Bottom Up Approach
In the bottom up approach, each component of the team charter is created in collaboration with engineers. The engineers are empowered to identify the important problems to solve and which course of action to take. After a draft of the charter is created, it is shared with upper management. This is the approach that I’ve seen work well.
Team Charter Components
There are three components to a platform team charter.
- Code Ownership
- Key Performance Indicators
- Objectives and Key Results
In an Android app, a typical setup for code ownership for the platform is as follows.
- Architecture/Design Patterns
- Gradle Builds
- Continuous Integration (CI)
- Static Code Analysis tools
- Tech (GraphQL, gRPC)
You might be using a particular tech that is specialized to your stack. It might be GraphQL or gRPC etc. The infrastructure work for these tools would be part of the platform.
Continuous Integration (CI)
Automating Android builds for development and release is a skill that not many Android developers have. It is a tedious and frustrating process. It involves different tools and languages that are not related to Android. Sometimes the responsibility of maintaining CI infrastructure is handled by a different team which is primarily composed of SREs and DevOps.
Avoid Platform as Full Umbrella
Platform can become a dumping ground for work that doesn’t fit into other workstreams. Examples are localization, accessibility and security. You must specify in your charter what the platform team will not take on.
Key Performance Metrics (KPIs)
It is very difficult to quantify the work of a platform team. It is very difficult to tie a metric to every type of work a platform team doesn. Sometimes it is easy for projects such as build times. But, there are a set of KPIs that are the base for the platform team. These are service level objectives (SLAs). You must specify SLA if they do not exist. SLA consists of the following.
- Crash crates
- Code coverage
- Performance indicators (Key frames)
- API request time baselines
- Build times
Create a baseline metric for each of these categories. Is the app performing to standard in each category? These are your base KPIs. However, you must be creative in figuring out KPI based on your Android tech stack.
OKRs and Roadmap
This is the last component of the team charter. What value can you drive for a quarter? Planning the work of a platform team is like walking a highwire. If you take on an initiative that shows no value or results, then the chance of your team being cut or your resources moved to other workstreams becomes a real possibility. You must go back to the data points discussed earlier. Identify the pain points from development to release.
Take into account the feedback from team surveys. Identify and prioritize key objectives. Make sure to have an explanation as to why each objective is important. For example, it may increase code coverage in a particular area of the code base. Why is that area of the codebase important and is the architecture testable? Question everything, because it will be scrutinized by stakeholders.
Assume you have a team charter and are ready to start on OKRs. Let’s explore the common work a platform needs to focus on as a code base scales.
Fragmentation of Design Patterns & Architecture
You may be working on a codebase that is either composed of one app or a collection of apps. The Android ecosystem has evolved a lot since I started working on Android. Codebases are ever changing with newer patterns. However, this process leaves fragmentation in the codebase.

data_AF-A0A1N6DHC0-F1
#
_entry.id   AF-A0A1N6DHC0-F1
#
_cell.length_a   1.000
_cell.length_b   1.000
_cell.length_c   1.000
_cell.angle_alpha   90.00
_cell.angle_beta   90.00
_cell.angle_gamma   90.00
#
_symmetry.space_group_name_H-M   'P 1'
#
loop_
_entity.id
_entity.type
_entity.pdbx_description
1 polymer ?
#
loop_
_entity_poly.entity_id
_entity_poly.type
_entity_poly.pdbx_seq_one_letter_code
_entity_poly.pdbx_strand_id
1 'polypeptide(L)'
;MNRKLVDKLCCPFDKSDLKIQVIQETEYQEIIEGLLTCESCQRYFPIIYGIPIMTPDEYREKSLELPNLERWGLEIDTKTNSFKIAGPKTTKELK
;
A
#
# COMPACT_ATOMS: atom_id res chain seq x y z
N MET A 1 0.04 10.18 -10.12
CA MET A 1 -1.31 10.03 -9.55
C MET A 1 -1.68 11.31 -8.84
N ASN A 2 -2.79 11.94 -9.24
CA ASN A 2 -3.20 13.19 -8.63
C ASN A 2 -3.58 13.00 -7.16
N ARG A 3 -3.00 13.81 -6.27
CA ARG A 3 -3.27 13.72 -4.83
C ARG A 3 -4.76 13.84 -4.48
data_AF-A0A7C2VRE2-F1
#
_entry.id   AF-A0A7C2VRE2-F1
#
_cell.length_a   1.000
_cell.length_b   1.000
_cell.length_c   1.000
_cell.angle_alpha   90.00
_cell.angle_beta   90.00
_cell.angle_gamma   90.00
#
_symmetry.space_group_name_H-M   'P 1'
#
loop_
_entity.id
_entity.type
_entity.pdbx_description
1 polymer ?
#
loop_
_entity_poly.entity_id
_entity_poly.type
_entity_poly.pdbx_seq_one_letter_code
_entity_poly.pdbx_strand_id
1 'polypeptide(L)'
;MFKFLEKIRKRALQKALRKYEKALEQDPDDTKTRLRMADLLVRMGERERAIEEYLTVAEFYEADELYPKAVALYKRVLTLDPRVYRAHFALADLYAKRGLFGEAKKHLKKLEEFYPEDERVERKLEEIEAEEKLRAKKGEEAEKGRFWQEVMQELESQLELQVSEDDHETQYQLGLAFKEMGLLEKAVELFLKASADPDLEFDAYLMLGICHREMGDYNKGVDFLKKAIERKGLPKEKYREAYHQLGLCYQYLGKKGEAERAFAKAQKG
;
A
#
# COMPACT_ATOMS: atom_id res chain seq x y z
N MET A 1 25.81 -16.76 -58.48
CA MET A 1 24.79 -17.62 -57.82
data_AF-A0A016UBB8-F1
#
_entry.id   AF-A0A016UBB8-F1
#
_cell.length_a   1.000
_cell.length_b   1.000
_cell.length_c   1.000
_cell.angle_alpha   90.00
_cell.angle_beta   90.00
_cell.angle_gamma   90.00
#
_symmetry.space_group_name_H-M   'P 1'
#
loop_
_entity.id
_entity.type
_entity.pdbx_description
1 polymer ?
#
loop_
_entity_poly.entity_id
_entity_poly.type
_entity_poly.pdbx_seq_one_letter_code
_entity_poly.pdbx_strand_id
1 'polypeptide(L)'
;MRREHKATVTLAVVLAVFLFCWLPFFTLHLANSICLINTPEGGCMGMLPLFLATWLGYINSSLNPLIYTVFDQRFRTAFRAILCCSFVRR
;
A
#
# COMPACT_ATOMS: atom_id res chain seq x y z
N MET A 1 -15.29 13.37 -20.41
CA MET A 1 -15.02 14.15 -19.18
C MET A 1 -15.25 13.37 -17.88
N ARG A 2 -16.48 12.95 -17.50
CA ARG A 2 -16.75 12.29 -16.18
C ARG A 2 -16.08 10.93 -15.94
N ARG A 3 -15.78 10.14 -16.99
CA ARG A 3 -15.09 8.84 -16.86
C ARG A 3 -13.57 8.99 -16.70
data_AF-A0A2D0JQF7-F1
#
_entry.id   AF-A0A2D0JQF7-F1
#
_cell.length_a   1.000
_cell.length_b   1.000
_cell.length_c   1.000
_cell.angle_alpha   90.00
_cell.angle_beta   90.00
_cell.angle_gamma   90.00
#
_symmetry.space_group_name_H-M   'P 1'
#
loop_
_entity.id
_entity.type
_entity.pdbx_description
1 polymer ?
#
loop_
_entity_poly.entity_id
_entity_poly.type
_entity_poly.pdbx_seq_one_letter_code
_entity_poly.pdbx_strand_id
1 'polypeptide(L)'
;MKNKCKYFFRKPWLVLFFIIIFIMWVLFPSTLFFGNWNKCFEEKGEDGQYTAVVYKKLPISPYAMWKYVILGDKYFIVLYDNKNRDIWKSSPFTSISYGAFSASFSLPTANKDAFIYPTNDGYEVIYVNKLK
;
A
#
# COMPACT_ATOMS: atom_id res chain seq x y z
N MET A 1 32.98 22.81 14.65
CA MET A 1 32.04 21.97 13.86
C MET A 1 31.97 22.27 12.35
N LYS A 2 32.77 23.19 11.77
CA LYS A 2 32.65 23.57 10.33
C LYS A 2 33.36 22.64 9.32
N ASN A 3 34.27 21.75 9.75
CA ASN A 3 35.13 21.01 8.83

Assume you have one area of the codebase that uses Model View Presenter setup while another area uses Model View Intent. Another example is that you have patches of areas of code using an older architectural framework while newer code uses an updated version of your internal framework.
The inherent problem of this fragmentation is onboarding. In an organization, change is constant. A workstream may be dissolved or combined due to business circumstances. The amount of onboarding to familiarize yourself from one area to another will become a problem in feature development. In these circumstances, it is a ripe opportunity for you to mitigate the fragmentation by updating important areas of the code base.
An important point to consider is the rate at which architectural changes are introduced. If you introduce architectural changes too fast, then it will hinder productivity. Engineers will start asking what is the current accepted patterns to use and confusion will arise. You must perform a balancing act in introducing architectural patterns.
The usage of custom internal frameworks to build features can be beneficial and detrimental if not handled properly. These frameworks usually provide scaffolding upon which to specify state and handle state changes for building a feature. These frameworks need to be maintained by someone. Examples of popular similar open source frameworks are Mosby by Spotify and Maverick from Airbnb. You must be mindful of how fast you evolve your framework. If it is changed at a fast rate, then it will cause fragmentation in the codebase. The domino effect of the consequences in a large codebase will become hard to manage. It will affect onboarding of new hires as each area of your codebase will be different from one another.
As a code base size increases, the number of Gradle modules will increase. It is the responsibility of a platform team to maintain how modules are set up and created. You must prevent engineers from copying one Gradle module. You’ll have modules with unused dependencies and plugins. Soon, it will begin to affect your build times. The problem will begin to multiply. Building tools to automate module creation is critical. You must define how a module should be set up. Relying on documentation for this is not a futile effort, because not everyone will read it. You must build tools so that good practices can be automated as part of a developer’s experience. This can be testing, lint tools or command line scripts to scaffold modules.
I discussed how to build a platform team. The approach may or may not work for your circumstances. But, I hope it was helpful to you and you were able to take away something from it.